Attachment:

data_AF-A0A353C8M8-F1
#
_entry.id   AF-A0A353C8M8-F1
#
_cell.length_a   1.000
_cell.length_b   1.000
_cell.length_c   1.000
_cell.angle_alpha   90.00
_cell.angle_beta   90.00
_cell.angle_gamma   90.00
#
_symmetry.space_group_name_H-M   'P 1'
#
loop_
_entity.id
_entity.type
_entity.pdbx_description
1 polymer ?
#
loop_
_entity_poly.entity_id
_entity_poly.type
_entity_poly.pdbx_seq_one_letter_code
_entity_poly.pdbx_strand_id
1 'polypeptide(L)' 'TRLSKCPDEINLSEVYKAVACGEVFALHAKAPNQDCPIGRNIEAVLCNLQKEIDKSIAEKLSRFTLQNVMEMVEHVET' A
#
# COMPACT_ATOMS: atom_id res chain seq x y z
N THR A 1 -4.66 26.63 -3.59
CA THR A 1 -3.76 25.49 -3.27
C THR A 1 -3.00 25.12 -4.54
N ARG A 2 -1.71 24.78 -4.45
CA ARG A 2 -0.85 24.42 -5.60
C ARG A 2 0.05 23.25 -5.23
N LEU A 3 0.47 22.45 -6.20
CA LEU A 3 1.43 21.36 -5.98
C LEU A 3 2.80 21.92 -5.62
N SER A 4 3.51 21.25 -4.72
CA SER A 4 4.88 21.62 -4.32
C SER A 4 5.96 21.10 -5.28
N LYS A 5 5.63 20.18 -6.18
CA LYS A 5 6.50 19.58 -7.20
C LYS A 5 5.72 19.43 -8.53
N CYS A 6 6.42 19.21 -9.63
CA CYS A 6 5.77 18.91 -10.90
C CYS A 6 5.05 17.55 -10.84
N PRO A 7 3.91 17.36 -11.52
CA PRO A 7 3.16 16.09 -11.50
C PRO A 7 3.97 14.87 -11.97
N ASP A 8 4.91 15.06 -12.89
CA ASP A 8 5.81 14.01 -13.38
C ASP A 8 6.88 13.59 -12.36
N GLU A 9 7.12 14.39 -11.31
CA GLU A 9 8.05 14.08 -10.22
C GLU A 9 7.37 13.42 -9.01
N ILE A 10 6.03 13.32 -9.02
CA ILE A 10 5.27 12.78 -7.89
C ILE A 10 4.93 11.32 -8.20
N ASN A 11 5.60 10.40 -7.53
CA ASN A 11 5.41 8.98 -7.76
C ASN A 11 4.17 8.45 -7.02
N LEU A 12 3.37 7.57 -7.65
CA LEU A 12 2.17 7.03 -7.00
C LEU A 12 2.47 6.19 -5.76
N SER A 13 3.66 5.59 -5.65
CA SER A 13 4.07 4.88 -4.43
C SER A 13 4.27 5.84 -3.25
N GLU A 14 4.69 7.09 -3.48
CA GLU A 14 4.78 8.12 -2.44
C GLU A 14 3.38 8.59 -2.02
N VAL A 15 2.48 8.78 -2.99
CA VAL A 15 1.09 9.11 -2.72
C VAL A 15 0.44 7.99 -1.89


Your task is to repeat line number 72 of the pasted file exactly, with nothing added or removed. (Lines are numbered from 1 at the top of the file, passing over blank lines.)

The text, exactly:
C VAL A 15 0.44 7.99 -1.89